In Another Country And Babylon Revisited: Masterpieces Of Short Fiction Essay, Research Paper
On the surface In Another Country and Babylon Revisited seem to be very different stories, however under closer inspection they have deep-rooted similarities. Differences occur in the social class of the characters and style used by the authors, including point of view. In spite of the differences several recurring themes resound throughout these stories. In Another country and Babylon Revisited are both great stories. The differences are as obvious as the night and day.
There are stark contrasts between In Another Country and Babylon Revisited. One being the class of peoples the author is writing about. Hemingway writes about a middle class people, the average Joe. Hemingway chooses not to give the person through witch the story is told a name. Fitzgerald on the other hand is not content to write about this class of people. Fitzgerald’s narrator lives an extravagant life. The biggest difference between these stories lies in the author’s style.
This style difference has often been referred to as “the Dandy vs. the Brute.” For example compare, “Outside, the fire-red, gas-blue, ghost-green signs shone smokily through the tranquil rain.” To, “My knee did not bend and the leg dropped straight from the knee to the ankle without a calf, and the machine was to bend the knee and make it move as in riding a tricycle.” Note the emphasis on description and detail in the fist sentence compared to the lack of description and detail in the second. The second could be likened to a photograph. Fitzgerald’s sentences are long and graceful. While Hemingway’s often are short and telegraphic. Also the point of view in Babylon Revisited is much more subjective than In Another Country, which adds to the difference in style. Fitzgerald describes to the reader in such detail he or she and visualizes him or her self in any scene. Hemingway leaves most of the story to the reader’s own imagination. While there may be major style differences between these stories they both are very effective in conveying their message.
On the surface In Another Country and Babylon Revisited are very different. After several readings a handful of common themes emerge. It turns out that both stories have an autobiographical quality. Each author had experiences similar to their narrator. Hemingway had been an ambulance driver in World War I and suffered a severe injury that hospitalized him for a significant amount of time. Fitzgerald had lived a lavish life in the twenties and had seen his lifestyle disappear with the economic downturn following the stock market crash. The endings of these stories are also similar. Both stories end as quickly as they started. The endings are unresolved, Charlie does not get his daughter back and the man in Hemingway’s story doesn’t seem to resolve anything. Another neat similarity is both stories contain football reference. The American played football before the war, and Charlie “woke up on a fine fall day -football weather.” The part of these stories to examine closely is the relationships between the characters.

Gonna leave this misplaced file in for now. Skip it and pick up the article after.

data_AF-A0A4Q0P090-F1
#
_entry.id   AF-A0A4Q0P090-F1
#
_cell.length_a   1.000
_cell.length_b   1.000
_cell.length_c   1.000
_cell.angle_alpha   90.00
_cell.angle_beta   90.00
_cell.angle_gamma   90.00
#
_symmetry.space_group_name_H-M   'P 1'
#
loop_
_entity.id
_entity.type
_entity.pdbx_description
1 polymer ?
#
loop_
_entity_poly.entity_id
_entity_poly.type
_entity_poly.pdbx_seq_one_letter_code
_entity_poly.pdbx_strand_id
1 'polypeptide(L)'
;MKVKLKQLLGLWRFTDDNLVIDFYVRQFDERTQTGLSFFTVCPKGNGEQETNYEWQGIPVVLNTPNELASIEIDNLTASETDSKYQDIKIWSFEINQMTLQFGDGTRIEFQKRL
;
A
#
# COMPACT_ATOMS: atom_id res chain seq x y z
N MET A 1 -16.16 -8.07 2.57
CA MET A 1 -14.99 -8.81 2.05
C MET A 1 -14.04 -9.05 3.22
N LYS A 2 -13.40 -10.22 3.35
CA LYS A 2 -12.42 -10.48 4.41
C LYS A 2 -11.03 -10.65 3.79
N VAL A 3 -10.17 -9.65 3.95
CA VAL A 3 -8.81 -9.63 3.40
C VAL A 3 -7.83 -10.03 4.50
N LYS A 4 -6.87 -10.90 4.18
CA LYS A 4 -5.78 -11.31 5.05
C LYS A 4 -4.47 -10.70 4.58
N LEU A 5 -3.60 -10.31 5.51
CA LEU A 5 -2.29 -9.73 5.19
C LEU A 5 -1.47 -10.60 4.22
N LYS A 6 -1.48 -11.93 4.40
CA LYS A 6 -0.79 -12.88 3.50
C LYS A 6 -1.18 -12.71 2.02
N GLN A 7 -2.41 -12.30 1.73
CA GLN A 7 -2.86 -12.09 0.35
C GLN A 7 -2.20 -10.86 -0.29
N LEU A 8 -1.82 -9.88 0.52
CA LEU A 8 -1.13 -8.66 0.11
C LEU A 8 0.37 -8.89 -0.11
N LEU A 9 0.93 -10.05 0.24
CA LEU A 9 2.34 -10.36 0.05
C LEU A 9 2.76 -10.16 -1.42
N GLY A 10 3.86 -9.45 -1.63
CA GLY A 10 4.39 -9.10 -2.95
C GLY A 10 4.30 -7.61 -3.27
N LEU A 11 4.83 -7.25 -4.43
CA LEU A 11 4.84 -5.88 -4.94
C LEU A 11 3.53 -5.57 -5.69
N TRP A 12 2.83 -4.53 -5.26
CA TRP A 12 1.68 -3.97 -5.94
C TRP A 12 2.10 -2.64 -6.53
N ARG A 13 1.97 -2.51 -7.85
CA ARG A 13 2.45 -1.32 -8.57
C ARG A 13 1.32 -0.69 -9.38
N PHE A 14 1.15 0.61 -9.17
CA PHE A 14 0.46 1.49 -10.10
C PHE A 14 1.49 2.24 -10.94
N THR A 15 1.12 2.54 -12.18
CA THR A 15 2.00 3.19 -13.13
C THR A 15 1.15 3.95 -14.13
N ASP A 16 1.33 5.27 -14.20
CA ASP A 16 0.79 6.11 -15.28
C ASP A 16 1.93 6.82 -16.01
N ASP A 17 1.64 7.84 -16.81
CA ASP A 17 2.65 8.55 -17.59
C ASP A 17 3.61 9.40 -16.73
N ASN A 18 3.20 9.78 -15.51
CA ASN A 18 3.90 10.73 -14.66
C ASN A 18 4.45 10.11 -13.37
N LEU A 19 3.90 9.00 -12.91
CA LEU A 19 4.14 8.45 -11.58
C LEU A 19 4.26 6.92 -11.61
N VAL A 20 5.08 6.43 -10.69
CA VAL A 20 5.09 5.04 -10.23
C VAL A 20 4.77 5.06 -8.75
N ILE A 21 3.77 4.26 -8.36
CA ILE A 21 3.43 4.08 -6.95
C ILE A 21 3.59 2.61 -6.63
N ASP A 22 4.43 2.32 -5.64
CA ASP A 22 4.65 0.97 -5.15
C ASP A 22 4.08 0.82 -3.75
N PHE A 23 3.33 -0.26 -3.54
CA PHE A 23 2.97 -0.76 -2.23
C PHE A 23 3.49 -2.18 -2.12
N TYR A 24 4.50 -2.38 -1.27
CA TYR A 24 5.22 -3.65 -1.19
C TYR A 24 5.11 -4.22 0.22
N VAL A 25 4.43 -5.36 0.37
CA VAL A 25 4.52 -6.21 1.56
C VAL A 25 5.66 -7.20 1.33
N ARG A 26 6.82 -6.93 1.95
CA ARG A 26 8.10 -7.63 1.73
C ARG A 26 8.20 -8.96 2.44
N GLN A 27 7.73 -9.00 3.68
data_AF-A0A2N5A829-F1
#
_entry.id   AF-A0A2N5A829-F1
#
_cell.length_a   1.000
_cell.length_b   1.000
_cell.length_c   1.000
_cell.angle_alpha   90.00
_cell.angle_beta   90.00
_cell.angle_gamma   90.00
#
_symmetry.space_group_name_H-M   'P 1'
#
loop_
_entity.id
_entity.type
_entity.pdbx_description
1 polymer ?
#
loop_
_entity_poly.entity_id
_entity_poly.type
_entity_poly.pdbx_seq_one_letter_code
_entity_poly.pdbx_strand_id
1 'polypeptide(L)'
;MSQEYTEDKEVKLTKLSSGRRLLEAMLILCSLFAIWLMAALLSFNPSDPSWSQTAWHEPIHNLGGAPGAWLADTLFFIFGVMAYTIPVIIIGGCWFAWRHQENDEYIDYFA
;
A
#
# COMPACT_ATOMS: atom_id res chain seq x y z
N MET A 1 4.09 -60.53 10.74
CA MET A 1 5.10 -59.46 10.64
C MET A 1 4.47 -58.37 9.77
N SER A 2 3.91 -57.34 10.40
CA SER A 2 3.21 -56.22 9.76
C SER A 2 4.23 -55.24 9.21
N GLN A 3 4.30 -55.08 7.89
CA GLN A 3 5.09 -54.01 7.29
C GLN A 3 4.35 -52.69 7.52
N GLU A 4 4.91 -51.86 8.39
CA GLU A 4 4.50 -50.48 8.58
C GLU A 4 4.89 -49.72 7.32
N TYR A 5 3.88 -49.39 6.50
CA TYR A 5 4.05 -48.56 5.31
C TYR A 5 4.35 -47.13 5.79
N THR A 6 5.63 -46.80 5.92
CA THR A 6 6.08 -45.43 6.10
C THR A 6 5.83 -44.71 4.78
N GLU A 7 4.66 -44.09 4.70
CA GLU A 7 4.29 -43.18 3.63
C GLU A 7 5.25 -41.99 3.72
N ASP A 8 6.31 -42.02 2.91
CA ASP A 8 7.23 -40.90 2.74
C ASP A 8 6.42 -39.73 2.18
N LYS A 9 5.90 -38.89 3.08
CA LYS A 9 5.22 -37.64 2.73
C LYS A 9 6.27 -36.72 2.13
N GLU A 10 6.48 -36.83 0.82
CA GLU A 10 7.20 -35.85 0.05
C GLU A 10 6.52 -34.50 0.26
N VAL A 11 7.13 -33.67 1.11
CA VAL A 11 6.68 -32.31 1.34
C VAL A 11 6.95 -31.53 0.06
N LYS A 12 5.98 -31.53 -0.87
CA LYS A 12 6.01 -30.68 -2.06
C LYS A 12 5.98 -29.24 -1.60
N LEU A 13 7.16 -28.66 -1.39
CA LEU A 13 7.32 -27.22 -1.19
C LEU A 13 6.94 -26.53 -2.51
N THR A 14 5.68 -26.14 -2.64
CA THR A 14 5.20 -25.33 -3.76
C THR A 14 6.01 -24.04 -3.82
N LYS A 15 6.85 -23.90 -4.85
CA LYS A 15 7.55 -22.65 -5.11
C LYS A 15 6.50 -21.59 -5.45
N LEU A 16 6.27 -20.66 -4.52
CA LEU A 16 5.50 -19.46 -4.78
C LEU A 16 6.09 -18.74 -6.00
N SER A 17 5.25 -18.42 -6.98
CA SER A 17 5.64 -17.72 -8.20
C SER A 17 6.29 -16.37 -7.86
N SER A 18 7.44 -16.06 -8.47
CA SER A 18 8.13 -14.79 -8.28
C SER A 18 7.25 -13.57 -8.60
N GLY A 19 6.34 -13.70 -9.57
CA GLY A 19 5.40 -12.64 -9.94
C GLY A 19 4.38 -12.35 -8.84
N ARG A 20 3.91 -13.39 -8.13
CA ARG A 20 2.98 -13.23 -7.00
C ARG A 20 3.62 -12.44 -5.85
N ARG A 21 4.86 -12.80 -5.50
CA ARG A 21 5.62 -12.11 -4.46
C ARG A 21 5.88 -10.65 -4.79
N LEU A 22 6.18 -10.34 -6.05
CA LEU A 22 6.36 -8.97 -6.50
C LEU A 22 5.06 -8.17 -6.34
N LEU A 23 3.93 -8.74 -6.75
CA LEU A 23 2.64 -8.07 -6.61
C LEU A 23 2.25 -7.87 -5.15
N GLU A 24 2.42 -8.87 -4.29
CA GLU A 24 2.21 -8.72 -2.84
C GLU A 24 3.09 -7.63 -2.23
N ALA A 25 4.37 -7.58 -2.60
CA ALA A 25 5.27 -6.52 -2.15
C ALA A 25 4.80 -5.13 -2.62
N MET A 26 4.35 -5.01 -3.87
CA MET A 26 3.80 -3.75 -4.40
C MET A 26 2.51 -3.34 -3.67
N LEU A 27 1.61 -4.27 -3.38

A look into the relationships between characters in these stories results in finding of several recurring themes. Two very similar items in these stories are the money Charlie makes in the stock market and the medals the American soldier receives. Neither item was earned. The money came from the stock market boom and came in such quantity that Charlie quit his job and lived off of this new income. He didn’t work for it. Just as the American’s medals where not earned. The most striking similarity is in what can be said about the most important issue in both stories. The characters issue of loss, and dealing with that loss. In Another Country involves not only the loss of normal function of the narrators leg but the more important loss illustrated by Hemingway. Signor Maggiore’s loss of his wife, this is the main reason In Another Country was written. Charlie has also suffered great loss, being the death of his wife and loss of his daughter. The grieving of Signor Maggiore is very similar to that of Charlie’s sister in-law. Both parties seem to digress from their grief to anger very quickly. Signor Maggiore angrily states, “He cannot marry. He cannot marry.” When confronted with the memory of his recently deceased wife. Marion suddenly cries out, “How much you were responsible for Helen’s death.” Both pain and anger is evident these passages.
In Another Country and Babylon Revisited are both great stories that are very enjoyable to read. Despite the differences in style both are masterfully written. The similarities can be attributed to the time and emphasis on relationships, and the subsequent loss that occur. The deeper you look into In Another Country and Babylon Revisited the more similarities can be uncovered.